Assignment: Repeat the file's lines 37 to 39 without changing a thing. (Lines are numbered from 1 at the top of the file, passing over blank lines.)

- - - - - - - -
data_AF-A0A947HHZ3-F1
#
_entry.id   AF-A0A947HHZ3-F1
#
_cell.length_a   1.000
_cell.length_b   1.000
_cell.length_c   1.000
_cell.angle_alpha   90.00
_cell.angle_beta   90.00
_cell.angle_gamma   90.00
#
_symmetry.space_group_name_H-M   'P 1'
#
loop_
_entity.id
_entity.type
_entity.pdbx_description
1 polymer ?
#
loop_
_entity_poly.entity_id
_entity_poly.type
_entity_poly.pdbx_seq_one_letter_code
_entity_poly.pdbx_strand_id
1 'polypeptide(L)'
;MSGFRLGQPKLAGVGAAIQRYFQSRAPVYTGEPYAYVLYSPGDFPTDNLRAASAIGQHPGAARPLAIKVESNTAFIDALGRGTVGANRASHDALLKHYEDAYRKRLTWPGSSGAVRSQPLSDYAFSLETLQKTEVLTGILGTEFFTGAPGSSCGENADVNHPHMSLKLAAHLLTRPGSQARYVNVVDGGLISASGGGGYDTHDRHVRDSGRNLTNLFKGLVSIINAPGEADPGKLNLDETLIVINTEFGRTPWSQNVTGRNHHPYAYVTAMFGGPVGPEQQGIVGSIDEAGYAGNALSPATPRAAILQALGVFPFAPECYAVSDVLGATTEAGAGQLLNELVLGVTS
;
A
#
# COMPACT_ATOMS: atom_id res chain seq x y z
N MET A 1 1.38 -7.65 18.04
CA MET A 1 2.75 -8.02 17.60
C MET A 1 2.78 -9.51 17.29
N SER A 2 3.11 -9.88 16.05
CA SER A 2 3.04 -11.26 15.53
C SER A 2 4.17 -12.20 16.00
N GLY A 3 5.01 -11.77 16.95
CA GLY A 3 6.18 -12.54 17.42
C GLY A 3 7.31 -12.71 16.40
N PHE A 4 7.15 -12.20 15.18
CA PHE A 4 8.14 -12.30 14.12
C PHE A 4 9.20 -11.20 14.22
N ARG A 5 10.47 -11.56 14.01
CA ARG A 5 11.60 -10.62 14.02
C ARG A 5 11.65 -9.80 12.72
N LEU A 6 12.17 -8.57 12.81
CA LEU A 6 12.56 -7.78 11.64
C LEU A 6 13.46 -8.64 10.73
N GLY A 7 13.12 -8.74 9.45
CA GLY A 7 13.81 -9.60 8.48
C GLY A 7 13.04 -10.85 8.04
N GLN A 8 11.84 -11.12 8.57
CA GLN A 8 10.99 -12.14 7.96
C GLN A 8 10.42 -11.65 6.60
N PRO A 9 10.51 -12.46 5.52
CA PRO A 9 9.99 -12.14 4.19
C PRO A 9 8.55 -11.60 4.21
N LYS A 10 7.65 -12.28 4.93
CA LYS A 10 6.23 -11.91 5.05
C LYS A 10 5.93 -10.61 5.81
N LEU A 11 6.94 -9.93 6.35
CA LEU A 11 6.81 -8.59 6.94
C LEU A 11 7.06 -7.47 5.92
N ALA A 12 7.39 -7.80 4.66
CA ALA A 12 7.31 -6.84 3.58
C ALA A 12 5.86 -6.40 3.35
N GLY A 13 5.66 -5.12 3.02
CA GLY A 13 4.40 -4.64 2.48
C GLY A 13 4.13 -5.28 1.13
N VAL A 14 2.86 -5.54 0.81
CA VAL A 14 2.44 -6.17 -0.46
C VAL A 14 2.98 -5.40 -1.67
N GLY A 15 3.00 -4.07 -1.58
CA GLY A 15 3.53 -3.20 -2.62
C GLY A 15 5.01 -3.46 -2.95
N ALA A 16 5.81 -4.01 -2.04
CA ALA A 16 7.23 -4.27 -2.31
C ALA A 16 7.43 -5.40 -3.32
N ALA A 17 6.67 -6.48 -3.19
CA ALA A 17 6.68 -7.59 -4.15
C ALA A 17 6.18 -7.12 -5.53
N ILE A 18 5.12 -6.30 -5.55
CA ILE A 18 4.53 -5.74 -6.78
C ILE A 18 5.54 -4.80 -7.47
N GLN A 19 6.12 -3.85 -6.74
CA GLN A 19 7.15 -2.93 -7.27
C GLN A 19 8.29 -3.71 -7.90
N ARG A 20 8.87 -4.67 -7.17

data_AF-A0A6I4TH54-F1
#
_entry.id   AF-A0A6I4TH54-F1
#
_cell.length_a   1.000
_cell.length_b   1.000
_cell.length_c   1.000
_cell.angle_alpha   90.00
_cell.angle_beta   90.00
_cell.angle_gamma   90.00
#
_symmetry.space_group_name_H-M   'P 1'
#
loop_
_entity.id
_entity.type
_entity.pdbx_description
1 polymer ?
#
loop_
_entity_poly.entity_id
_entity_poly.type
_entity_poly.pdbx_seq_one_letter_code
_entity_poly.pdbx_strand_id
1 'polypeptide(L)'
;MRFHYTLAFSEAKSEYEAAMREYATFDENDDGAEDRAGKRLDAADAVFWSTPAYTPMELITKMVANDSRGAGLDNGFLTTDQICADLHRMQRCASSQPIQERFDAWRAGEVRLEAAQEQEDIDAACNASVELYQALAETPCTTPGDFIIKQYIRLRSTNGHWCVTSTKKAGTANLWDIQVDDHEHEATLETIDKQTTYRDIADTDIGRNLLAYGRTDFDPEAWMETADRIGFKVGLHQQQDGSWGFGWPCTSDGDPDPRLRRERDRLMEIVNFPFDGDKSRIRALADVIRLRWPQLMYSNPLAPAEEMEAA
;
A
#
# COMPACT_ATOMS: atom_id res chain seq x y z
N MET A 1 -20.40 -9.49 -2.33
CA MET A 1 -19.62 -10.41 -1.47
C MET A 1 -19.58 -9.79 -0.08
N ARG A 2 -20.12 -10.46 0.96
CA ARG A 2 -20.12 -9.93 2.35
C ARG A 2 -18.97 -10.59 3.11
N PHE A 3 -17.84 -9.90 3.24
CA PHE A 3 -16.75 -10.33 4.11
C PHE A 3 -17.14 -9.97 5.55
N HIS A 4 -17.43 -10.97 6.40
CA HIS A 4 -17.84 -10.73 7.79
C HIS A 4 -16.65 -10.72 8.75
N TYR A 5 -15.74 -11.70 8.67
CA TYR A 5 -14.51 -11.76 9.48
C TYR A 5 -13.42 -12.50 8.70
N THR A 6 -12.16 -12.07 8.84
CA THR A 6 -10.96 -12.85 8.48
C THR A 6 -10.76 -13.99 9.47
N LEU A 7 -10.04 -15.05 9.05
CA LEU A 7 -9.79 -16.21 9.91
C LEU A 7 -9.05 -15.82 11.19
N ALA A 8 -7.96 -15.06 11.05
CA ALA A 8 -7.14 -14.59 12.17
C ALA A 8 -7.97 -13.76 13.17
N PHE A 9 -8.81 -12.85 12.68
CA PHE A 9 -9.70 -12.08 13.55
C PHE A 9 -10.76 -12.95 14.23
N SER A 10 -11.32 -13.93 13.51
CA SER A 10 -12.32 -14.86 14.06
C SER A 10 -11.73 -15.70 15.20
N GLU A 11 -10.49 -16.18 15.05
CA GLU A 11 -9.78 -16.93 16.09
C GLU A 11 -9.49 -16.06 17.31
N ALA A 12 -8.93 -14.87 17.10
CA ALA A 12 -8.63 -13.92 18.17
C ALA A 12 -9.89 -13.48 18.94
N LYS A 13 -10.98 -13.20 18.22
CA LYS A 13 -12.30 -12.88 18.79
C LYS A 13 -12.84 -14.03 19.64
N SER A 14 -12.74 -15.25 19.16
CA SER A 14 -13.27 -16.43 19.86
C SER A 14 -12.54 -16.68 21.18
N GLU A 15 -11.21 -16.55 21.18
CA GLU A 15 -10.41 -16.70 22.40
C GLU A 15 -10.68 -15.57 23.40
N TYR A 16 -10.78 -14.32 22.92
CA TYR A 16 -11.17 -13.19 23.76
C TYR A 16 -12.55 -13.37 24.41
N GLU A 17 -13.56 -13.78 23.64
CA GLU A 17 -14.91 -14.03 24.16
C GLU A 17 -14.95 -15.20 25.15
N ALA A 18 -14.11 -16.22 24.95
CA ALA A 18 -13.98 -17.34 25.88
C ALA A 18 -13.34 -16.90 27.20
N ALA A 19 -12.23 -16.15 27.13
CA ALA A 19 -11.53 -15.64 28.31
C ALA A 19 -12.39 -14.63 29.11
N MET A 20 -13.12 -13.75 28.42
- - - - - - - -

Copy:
N GLY A 3 5.01 -11.77 16.95
CA GLY A 3 6.18 -12.54 17.42
C GLY A 3 7.31 -12.71 16.40